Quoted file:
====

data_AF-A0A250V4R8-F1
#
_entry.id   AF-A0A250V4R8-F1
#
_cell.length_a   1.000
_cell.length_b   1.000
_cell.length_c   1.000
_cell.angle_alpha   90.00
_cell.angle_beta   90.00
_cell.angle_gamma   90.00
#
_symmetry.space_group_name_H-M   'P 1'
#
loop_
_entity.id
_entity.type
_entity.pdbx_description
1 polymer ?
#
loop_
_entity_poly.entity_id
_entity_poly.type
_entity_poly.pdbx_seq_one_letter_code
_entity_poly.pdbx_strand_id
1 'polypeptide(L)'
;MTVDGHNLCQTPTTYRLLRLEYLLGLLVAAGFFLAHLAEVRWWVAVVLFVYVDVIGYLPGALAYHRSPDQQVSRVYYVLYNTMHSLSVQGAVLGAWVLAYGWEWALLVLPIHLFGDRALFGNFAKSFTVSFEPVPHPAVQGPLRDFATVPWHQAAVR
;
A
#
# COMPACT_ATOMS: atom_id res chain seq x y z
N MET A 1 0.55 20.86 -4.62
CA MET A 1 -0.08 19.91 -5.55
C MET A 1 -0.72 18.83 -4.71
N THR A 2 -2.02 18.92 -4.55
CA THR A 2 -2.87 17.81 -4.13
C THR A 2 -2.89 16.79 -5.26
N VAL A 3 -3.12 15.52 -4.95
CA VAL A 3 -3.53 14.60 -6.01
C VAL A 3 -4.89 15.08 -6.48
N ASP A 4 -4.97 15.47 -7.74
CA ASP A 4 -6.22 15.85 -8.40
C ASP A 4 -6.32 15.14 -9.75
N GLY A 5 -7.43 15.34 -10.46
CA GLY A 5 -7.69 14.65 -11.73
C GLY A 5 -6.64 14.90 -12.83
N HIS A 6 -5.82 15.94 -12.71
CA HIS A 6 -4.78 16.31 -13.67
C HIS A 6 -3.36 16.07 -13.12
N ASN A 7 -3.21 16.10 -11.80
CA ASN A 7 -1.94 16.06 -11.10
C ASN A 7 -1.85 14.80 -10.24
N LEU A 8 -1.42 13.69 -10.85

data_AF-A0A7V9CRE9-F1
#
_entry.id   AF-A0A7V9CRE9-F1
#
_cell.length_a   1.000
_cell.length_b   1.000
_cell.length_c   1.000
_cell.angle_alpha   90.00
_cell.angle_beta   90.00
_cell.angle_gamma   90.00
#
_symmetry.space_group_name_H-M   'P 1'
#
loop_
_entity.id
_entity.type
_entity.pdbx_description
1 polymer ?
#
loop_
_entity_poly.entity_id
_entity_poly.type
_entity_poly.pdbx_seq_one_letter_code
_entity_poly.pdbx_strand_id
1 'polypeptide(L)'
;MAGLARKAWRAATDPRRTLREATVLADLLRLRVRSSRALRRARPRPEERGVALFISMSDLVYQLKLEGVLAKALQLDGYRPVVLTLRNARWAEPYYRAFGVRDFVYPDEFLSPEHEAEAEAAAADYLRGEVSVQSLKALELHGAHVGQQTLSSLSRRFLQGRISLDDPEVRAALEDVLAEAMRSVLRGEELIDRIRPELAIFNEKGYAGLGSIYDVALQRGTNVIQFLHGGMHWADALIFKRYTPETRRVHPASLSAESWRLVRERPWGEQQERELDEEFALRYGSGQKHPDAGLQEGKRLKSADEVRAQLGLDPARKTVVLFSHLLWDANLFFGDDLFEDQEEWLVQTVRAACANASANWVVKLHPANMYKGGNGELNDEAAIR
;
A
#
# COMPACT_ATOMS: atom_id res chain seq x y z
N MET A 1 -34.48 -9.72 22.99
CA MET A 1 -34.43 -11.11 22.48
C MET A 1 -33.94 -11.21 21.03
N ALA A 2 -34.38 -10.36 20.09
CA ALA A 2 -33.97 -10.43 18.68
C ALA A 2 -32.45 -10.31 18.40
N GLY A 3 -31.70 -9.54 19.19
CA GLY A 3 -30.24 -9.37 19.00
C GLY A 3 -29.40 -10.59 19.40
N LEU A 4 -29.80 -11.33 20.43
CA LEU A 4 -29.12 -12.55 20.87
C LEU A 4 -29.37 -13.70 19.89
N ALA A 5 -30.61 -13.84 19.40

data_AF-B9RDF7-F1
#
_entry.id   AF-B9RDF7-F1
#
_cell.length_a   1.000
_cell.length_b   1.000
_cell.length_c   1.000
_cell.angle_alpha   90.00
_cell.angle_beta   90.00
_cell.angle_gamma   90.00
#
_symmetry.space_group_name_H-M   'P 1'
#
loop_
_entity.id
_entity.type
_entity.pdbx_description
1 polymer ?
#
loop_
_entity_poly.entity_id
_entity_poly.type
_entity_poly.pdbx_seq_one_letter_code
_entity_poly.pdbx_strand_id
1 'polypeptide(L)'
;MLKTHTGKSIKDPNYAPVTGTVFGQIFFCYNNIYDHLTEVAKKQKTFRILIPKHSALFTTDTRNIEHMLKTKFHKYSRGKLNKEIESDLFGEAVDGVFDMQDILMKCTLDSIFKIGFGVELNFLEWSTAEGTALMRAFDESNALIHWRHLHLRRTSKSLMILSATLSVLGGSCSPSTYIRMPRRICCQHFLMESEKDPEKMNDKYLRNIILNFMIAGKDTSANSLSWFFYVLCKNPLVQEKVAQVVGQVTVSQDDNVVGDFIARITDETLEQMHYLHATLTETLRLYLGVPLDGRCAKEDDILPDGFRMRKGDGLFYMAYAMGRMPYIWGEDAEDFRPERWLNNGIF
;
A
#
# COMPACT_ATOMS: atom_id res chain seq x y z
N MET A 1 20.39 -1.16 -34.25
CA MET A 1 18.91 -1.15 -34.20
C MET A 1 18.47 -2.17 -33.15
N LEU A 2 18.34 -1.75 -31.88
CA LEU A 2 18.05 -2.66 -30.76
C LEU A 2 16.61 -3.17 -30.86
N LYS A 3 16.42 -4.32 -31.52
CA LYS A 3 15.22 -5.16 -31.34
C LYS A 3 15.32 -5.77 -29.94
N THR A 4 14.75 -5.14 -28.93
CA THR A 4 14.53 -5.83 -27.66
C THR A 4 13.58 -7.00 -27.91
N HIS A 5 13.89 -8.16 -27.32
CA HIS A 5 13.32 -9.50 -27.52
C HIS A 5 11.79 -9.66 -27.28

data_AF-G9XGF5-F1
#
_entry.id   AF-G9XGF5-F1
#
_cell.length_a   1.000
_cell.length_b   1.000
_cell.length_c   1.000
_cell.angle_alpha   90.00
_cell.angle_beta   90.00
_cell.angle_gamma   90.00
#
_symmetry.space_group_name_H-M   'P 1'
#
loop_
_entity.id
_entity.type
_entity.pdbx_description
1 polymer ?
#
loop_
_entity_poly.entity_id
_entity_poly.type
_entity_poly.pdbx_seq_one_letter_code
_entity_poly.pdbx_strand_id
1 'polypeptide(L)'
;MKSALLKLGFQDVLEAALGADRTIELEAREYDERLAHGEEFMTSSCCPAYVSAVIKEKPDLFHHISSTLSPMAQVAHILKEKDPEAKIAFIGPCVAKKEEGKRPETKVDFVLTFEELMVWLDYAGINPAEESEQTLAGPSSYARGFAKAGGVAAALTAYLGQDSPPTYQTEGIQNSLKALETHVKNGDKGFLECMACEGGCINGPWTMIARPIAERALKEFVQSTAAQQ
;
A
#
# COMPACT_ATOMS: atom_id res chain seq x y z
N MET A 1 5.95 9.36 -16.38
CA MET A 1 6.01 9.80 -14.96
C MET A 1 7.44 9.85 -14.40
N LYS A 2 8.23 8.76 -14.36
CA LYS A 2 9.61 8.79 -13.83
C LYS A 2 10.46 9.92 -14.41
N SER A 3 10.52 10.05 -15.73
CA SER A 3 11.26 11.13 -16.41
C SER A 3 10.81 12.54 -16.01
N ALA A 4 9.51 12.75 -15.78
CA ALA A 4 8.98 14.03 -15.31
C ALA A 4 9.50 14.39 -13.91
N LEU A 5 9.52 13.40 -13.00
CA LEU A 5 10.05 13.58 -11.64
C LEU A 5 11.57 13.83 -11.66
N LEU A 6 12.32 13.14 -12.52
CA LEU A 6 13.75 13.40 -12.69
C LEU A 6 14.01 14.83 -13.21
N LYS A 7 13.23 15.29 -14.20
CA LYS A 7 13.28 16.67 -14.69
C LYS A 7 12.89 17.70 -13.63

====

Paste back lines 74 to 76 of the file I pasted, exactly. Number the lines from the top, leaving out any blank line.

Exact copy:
_entity_poly.type
_entity_poly.pdbx_seq_one_letter_code
_entity_poly.pdbx_strand_id